Personally, I prefer Dorico’s approach of separating notation from playback as two distinct aspects of the application. Intuitively, those aspects of the software that deal exclusively with playback (performers have no interest in MIDI messages) are laid down and edited strictly in the Play tab.

I wonder whether @SampoKasurinen’s chief aim of diminishing and streamlining the time and effort involved in making manual changes to playback – while in Write mode – might be satisfied without offending this design paradigm. (I had thought about something like a playback popover, below, but honestly, that kind of breaks the design, too, and doesn’t even address the problem of knowing where MIDI messages have been introduced while in Write mode.)

I can see the merits of this sort of approach – after all it’s a bit like how it works in Sibelius where the CC changes are specifically shown in the score (although there they are of course written directly into the score). On the other hand, one of the reasons something like this might seem necessary is because the complaint has often come that it’s only currently possible to view one automation lane at once in the Play window. You can’t easily see things like pitch bend and tuning together.

However for dynamics, in fact, you can see three at once if you show the velocity lane, the primary dynamic controller and the secondary – some libraries use all three at once. In most cases you can then quickly see where the problem is for a dodgy dynamic and, using the magnification tools, can look at a variably long stretch more quickly than in a score, I would say.

I suppose my instinct is, like with @MiloDC that it’s better to improve the Play window than add things to the score but as things currently stand, I can see the attraction of being able to get certain signposts added in the score. Judging from Daniel’s comment, though, that’s probably going not be the way things go.

I’m glad that you and @MiloDC can also see the possible benefits of this kind of approach!

It is true that Dorico has a very systematically divided design paradigm that keeps different tools organized and easily accessible. The same discussion has happened concerning system and page breaks, which some users would like to add in write mode instead of engrave mode. In this case, I personally am happy to switch to engrave mode as it causes no noticeable delay. This is because the action itself is identical in both modes.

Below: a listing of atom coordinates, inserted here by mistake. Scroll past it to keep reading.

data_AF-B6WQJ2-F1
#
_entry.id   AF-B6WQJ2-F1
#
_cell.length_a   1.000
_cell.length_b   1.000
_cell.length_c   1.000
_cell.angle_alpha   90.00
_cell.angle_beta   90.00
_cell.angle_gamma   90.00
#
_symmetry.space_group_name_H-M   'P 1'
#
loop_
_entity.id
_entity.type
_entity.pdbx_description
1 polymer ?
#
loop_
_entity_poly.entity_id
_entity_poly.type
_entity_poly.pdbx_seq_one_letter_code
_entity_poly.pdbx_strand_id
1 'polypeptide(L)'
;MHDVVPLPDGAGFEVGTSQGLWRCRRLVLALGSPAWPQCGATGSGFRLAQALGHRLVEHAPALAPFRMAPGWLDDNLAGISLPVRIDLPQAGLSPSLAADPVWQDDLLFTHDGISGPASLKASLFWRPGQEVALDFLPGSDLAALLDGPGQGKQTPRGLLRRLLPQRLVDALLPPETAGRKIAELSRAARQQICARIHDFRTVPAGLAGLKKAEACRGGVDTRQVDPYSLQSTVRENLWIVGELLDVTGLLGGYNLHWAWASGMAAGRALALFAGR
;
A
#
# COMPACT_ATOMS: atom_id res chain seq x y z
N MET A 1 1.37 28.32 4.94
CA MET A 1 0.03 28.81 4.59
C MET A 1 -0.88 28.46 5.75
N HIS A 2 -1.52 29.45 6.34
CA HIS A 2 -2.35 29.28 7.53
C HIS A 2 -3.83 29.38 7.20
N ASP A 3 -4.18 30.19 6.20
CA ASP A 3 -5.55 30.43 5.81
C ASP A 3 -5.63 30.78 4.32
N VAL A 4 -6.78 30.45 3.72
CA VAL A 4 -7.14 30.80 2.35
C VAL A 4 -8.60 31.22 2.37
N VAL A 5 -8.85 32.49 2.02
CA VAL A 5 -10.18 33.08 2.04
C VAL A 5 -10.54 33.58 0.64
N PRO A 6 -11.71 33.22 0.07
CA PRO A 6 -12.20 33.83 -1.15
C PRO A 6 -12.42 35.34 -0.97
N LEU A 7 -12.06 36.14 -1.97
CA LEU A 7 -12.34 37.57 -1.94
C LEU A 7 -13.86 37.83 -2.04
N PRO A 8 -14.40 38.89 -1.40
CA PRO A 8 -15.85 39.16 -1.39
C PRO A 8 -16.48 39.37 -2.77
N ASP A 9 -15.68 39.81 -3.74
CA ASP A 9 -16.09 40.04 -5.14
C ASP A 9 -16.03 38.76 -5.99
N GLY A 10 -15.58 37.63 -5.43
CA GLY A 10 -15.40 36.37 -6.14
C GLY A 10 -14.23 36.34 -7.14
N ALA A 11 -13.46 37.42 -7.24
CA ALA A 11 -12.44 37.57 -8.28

However, in this case I would argue that the situation is very different: write and play -modes are very different working environments which both have their individual benefits. One of the great things about Dorico is that there are usually multiple different ways to execute a certain action - every user can then pick their desired method based on their personal preferences. If same kind of effeciency (or way of working) could be achieved in play mode, I would too argue that this function should only exist in play mode (like system and page breaks exist only in engrave mode). But since these working environments offer so different possibilities, I would like to raise the question that does reaching a more diverse (and in my opinion powerful) toolset outweigh the benefits of a very systematic design.

I’d like to make a comparison to composing; a strict pre-determined system can produce very interesting results, but for a good enough reason the composer should also be able to break his/her own rules.

I would like to add, that the way of working that I’m suggesting is partly already in use: many users create their custom playing techniques that are only meant to show as signposts in their scores. Therefore the strict design paradigm has in a sense already been broken. But like I already mentioned earlier, this method has also it’s limitations (as it takes a fairly long time to set up a new playing technique).

Finally, a signpost can be set to be hidden by default, so it would not confuse some of the newer users that are still learning the inner organisation of the program. But for those who really benefit from it it would provide a powerful tool for working with automation.

I greatly appreciate how systematically dorico has been designed, but I would like to point out that some aspects of the design might become visible only after very long time of extensive use. To exaggerate a bit, it could perhaps feel beatifully organized to go to play mode to draw a single line to an automation line, but repeating that process hundreds of times under the pressure of a looming deadline might open a very different view to that functionality… But therefore it is so great that we have this forum where heavy users (which I confess to be) can give feedback to the developers!

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I’m certainly grateful for the feedback, and you can be sure that I and others in the team read and consider everything that is posted here. I still don’t think that adding hidden items to duplicate the functionality of Play mode’s controller lanes in Write mode is the right approach, but I certainly understand the underlying requirements for being able to work quickly and to know where data has been added, and indeed what data has been added.